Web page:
It's dirty. I rate the pollution rate on any particular day by how many buildings I can see from my 26th floor balcony. If haze blocks out more than the dozen or so in a kilometer radius, it's going to be a day to avoid the great outdoors. Most Jakartans, when forced to go outside, do so only with a mask on. I can literally wipe the grime off my face with a tissue by the time I get back from work. Ew. It's also apparent that elementary school education does not put the same heavy emphasis on not being a "litter bug" as it does in America. Evidence of this is everywhere: the taxi driver who brushed an empty water bottle onto the street before I could crawl in - cringe, my coworkers who toss straw wrappers on the ground as we walk - cringe, etc. I have a theory about how littering is actually an extension of living within a service-based culture where everyone relies on someone else to do tasks like cleaning, laundry, cooking, etc. Someone will come along with one of those crazy, stick brooms sooner or later. Why make the effort to find the ever-so-elusive trash bins? But, I digress.
One four-hour plane ride and several visa stamps and customs forms later, and I was in a new county. With my backpack on, I stepped out of the airport trying to fit the role of the intrepid, world traveler as best I could. Being outdone by the tall gangly, dreadlocks wearing hippy guy beside me (there's one on every flight, I swear!), I resigned myself to just trying not to get ripped off by a taxi company, which happened anyways. Oh well.
I could have taken a taxi the whole 2-hour trip to Clark, where I was to meet up with Chuck and his teammates, but this would run close to $40, so I decided to take the cheaper, but much more complicated route of the bus. Besides, a taxi ride wouldn't have made much of a blog post. Luckily for me, English is taught as a second language in PI, so most street signs are in English and nearly everyone speaks a little at least.
So, taxi to bus station (480 pesos - roughly $12). At the bus station, I asked the local security officer to identify which bus was going to Clark and found an empty seat in the back of the bus (40 pesos - $1). I was soon joined by a Filipino angel named Christine. I'm really not sure how I would have made it the rest of the way to Clark without her assistance. I found out (much to my horror) that the bus did not, in fact, go all the way to Clark. Instead, once I got to Clark, I needed to get into one of these:
|Don't be deceived. It's actually much smaller than a school bus. I stand at least as tall as a jeepney.|
This mystical creature is called a Jeepney, and PI is famous for them. They are ridiculously cheap (15 pesos - way less than a dollar), but a little like riding an earthquake to your destination - if I may quote my boyfriend, who is Filipino-American and familiar with such things. Also, there is the matter of fitting. This is what it looks like on the inside:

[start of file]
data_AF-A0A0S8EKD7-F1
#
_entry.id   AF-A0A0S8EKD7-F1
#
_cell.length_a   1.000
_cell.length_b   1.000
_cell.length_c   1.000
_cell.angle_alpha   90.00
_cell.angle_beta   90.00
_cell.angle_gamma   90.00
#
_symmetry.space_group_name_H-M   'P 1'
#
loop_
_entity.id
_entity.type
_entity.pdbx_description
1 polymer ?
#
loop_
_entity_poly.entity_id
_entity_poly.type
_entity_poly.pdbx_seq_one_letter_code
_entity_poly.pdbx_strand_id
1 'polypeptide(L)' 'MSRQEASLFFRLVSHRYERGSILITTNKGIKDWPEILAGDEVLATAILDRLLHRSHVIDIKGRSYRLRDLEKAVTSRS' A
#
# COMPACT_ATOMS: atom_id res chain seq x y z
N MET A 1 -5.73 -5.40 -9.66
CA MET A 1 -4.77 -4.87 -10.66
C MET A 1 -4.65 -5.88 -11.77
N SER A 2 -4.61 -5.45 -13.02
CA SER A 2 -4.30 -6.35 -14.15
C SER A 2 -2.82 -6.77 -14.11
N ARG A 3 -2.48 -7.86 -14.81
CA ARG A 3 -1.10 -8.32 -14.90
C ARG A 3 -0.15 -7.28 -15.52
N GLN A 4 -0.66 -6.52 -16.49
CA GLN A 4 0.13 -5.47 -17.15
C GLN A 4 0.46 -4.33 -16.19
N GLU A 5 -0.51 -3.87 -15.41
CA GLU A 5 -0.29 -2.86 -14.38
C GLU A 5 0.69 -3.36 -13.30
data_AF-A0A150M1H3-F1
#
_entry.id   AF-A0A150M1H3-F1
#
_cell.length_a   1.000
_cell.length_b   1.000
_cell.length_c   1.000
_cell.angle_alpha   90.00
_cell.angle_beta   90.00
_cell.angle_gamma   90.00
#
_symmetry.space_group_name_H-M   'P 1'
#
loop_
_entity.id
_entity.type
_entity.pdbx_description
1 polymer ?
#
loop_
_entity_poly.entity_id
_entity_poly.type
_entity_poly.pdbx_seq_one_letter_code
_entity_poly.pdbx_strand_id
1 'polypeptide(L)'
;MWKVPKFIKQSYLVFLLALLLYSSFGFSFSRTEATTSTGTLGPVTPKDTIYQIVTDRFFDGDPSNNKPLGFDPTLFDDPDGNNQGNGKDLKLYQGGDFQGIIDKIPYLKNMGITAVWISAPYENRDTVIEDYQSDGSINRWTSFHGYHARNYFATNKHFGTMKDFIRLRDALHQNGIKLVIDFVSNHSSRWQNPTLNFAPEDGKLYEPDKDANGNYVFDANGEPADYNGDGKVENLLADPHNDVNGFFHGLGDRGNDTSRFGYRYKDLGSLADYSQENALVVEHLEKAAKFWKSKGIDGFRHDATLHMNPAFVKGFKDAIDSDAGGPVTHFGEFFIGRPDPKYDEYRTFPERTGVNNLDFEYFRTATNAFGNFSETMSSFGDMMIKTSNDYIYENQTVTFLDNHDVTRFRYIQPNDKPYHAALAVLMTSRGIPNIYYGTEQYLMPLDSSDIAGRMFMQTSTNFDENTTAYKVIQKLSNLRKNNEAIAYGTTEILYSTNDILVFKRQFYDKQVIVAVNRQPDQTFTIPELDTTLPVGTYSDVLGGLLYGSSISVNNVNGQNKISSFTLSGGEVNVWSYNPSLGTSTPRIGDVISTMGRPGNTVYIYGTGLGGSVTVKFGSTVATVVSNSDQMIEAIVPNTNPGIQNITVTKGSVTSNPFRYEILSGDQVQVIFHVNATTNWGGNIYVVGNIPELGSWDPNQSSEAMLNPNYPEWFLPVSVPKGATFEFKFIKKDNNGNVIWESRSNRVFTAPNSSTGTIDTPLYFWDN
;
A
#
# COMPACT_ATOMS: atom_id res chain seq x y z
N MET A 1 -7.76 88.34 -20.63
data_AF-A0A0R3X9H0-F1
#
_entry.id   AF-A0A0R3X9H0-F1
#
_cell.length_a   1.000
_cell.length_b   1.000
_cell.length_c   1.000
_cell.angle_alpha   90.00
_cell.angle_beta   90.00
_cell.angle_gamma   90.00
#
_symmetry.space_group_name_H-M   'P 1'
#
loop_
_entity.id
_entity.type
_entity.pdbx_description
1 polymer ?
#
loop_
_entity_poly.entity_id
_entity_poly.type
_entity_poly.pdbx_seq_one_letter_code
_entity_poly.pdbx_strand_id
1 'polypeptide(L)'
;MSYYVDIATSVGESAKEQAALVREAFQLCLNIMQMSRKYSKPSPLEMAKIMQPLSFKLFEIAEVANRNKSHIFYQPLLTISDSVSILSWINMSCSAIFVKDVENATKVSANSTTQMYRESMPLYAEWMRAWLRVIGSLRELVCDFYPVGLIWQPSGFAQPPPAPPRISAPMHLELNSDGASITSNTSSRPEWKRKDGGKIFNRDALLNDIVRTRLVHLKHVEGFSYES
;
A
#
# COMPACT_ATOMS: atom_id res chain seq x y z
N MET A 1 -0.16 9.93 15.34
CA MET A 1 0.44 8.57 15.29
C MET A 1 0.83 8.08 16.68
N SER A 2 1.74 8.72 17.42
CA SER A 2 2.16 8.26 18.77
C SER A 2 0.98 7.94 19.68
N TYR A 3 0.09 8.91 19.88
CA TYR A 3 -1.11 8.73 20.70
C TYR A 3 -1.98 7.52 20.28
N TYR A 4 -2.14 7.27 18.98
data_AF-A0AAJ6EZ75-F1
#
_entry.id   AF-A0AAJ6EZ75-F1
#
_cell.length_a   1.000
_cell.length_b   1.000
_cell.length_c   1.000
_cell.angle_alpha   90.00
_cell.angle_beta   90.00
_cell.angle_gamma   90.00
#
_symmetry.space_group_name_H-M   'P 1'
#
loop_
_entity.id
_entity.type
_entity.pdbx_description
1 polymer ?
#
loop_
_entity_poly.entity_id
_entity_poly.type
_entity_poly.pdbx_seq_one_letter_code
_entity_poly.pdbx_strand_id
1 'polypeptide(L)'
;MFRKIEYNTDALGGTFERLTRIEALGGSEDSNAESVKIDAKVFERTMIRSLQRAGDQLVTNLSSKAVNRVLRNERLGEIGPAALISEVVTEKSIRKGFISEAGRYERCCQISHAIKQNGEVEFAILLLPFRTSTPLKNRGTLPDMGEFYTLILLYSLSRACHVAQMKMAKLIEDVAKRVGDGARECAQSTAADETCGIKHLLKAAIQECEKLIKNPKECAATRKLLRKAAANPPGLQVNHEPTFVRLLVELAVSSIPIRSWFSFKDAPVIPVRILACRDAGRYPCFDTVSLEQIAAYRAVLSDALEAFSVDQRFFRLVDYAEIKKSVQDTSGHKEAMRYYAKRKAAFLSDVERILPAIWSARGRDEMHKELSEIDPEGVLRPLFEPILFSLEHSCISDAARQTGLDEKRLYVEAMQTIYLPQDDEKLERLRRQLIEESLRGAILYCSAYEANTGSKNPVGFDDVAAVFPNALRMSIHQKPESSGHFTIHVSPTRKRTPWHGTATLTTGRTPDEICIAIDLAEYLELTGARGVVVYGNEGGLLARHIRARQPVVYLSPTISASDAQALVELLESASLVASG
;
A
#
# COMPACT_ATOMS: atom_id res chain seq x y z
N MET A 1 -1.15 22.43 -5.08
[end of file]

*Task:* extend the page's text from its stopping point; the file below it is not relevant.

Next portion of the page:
|I stole this picture from Mr. Google, but I wanted you to get the idea of the size inside.|
Now, let me remind you of the size difference between your average Asian and, say, me. As Christine climbed easily into the back of the jeepney, I stared quizzically at the Alice-in-Wonderland door and hoped I would just get smaller as I approached the doorway. It was close, but somehow I fit.
Christine was heading in the same general direction as me, but we had to part ways one leg short of the parade grounds where I needed to meet Chuck. Christine guided me toward another jeepney and talked to the driver before instructing me to contort my body once more and climb inside. Once inside, I held out a random assortment of peso coins to the driver and let him take his pick. Which he did, very honestly. Another 15 pesos and I was off to my final destination. I was relieved to step out of the jeepney and see a field full of frisbee players.
The rest of the three-night adventure was smoothing sailing. I got to see Chuck in all his frisbee-wielding glory and to meet his friends, all of whom were supremely cool. Together, they made up the Guambats, an all-American ultimate team made up of mostly attorneys, engineers, and one 6'8" secret weapon nicknamed "Bubba."
Ultimate has a very unique culture of it's own, as I was to learn this trip. There were entire teams dressed up as clowns, many men dressed as women (but I promised not to post those pictures), and lots and lots of vodka. Now, there were some serious moments. Chuck's team played with dedication and came out with a much improved standing from the previous year's tournament. Other teams, in the "A" bracket were unbelievable to watch. It was obvious that frisbee was somewhat more than just a hobby for them. I was happy to learn that the Guambats took the game a little less seriously.
In three days, I didn't get to see much else of the country beyond it's unique public transportation options and the impressive Mall of Asia (huuuuuuuuge), but it was the reset button I needed. I cleared my mind and lungs and did it all with some great friends old and new. I can't wait to go back!